InBev, the world’s largest beer maker by volume, has to acquire US-based Anheuser-Busch in a deal worth $52 billion. What are the implications of the deal for the Indian market? Both the firms are small players in the 158-million cases Indian beer market but this deal could mean some heady competition in the domestic brewery business.

The Indian beer market currently resembles a duopoly in classical economics sense with UB Group (Kingfisher) and SAB Miller (Foster’s) controlling more than 80 percent of the business, but the global deal which would create the world’s largest brewery by far could potentially see a third big player emerging in India.

Although InBev has been focusing on emerging markets, it had only a marginal presence in the country till last year. InBev, which had struck a joint venture with franchisee king Ravi Jaipuria, had taken over operations of Bangalore-based brewery H Dasappa & Sons for rolling out beer brands Tennents and Lowenbrau and is also reportedly planning to bring in another brand, Beck’s thereafter.

InBev is in the process of reviving Dasappa’s existing unit which used to be a contract production site for Shaw Wallace Breweries. The firm has also been negotiating with actor Danny Denzongpa’s Yuksom Breweries in Orissa besides Som Breweries in Madhya Pradesh and Kool Breweries in Haryana.

While InBev was working through its strategy in India, Anheuser-Busch was cementing its own position. Last month it acquired the 50 percent stake held by its Indian JV partner Crown International in Crown Beers India. Besides getting full control over the JV firm, it also got a 500,000-hectolitre brewery located in Hyderabad. One of its flagship brands, Budweiser, which was launched in 2007, has a strong brand recall in the country. Anheuser is aiming to sell more than a million cases this year in India, largely backed by Budweiser. Besides Budweiser, Anheuser-Busch brews and distributes Armstrong, a premium strong beer developed specifically for the Indian market.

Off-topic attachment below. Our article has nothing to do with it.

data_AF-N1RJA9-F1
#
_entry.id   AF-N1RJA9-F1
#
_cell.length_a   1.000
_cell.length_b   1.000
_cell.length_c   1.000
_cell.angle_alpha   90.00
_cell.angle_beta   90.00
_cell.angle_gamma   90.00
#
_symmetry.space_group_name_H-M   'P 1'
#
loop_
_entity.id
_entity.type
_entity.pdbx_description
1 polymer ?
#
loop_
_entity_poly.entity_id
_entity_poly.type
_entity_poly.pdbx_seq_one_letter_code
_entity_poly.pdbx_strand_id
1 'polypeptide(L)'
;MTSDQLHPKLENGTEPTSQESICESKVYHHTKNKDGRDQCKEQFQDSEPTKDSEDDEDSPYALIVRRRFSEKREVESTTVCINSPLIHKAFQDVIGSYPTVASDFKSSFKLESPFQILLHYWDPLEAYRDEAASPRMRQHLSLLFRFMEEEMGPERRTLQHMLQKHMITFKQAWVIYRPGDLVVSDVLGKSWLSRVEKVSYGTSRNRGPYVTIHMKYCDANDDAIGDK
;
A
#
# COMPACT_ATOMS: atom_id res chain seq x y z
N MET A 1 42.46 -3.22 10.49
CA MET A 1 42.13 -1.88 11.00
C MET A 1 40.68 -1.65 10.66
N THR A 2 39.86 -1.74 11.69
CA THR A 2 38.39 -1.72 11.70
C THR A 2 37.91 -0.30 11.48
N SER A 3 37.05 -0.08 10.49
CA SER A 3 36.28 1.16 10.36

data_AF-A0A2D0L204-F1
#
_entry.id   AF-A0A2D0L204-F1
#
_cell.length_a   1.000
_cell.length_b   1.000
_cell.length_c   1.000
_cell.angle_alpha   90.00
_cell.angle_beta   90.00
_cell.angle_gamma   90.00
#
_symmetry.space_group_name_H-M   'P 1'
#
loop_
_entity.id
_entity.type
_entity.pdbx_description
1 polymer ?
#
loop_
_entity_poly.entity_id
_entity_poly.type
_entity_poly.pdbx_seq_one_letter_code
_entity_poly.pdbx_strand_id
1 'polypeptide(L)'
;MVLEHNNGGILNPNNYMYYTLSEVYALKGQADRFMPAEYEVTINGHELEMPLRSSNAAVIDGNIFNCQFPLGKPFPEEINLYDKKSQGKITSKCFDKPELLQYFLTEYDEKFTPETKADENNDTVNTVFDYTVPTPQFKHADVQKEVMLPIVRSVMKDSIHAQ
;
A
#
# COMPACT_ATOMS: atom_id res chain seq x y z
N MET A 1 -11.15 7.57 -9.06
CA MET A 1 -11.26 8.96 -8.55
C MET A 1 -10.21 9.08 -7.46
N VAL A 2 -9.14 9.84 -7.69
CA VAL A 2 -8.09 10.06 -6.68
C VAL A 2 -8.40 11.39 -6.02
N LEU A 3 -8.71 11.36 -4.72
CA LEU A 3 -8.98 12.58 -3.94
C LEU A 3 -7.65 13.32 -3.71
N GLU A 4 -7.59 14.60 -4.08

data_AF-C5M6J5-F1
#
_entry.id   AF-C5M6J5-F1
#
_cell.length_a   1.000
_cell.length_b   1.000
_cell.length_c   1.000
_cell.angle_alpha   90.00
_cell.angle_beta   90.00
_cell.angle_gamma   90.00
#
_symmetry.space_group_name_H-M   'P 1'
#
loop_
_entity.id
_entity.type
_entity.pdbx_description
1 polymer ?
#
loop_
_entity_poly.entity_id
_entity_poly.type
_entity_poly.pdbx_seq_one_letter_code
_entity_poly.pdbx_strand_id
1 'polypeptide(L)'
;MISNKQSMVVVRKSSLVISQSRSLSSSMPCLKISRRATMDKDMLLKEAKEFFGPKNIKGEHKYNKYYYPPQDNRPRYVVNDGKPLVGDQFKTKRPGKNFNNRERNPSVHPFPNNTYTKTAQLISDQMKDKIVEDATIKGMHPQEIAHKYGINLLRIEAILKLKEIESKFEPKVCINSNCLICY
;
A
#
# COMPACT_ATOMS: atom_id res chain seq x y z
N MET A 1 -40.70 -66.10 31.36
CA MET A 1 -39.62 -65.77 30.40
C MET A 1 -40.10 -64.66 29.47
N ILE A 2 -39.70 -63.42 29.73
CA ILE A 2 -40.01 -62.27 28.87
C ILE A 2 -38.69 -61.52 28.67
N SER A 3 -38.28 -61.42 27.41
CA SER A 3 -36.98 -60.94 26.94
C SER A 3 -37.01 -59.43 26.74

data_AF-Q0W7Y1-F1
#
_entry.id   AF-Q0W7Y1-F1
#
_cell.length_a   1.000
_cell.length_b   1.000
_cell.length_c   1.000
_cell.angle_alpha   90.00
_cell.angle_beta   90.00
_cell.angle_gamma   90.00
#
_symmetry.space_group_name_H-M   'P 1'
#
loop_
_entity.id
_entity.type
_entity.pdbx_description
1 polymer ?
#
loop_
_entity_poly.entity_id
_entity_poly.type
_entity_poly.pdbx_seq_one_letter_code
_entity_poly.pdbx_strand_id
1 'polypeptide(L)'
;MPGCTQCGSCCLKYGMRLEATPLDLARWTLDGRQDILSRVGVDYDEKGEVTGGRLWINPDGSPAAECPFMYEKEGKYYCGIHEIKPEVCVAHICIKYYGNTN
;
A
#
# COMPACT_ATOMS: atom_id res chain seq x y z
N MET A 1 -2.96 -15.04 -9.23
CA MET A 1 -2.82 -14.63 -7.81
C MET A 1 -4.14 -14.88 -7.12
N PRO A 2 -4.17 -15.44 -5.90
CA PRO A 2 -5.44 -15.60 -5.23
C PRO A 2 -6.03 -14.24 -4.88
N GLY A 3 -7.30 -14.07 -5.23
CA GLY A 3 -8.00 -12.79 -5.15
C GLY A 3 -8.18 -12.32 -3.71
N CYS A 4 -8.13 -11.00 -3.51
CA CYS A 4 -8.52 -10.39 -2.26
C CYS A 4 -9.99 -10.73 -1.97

With the corporate marriage of InBev and Anheuser-Busch, the global giant will have a strong brewery presence in South India and may eventually look at acquiring units in other regions, specially West and North. Secondly, the combined entity would also have better distribution presence which could further spoil the party for Kingfisher.


The Deal

InBev has been pursuing Anheuser for sometime now and it finally clinched it after raising its previous(June 11, 2008) offer price of $65 per share to $70 per share in cash. Anheuser had earlier dismissed the bid as ‘financially inadequate’. The takeover battle took a hostile turn with both firms looking at legal action against each other. However, many US shareholders in Anheuser, including Warren Buffett, were backing the deal.

The new company, to be called Anheuser-Busch InBev, would have net sales of about $36 billion with a bouquet of 300 brands, including Anheuser’s Budweiser and Bud Light besides InBev’s Stella Artois and Beck’s. The deal marks the creation of not just the largest brewer. It is also the birth of a firm which would be one of the top five consumer goods groups in the world.

InBev has been focused on emerging markets since its creation four years back with the combination of Belgian group Interbrew and Brazilian brewer Ambev. With the Anheuser deal it will have an equally strong presence in the developed markets.

After a wave of global consolidation in the brewery business, Britain-based SABMiller and Dutch group Heineken have emerged as the leading international brewers along with InBev and Anheuser-Busch.

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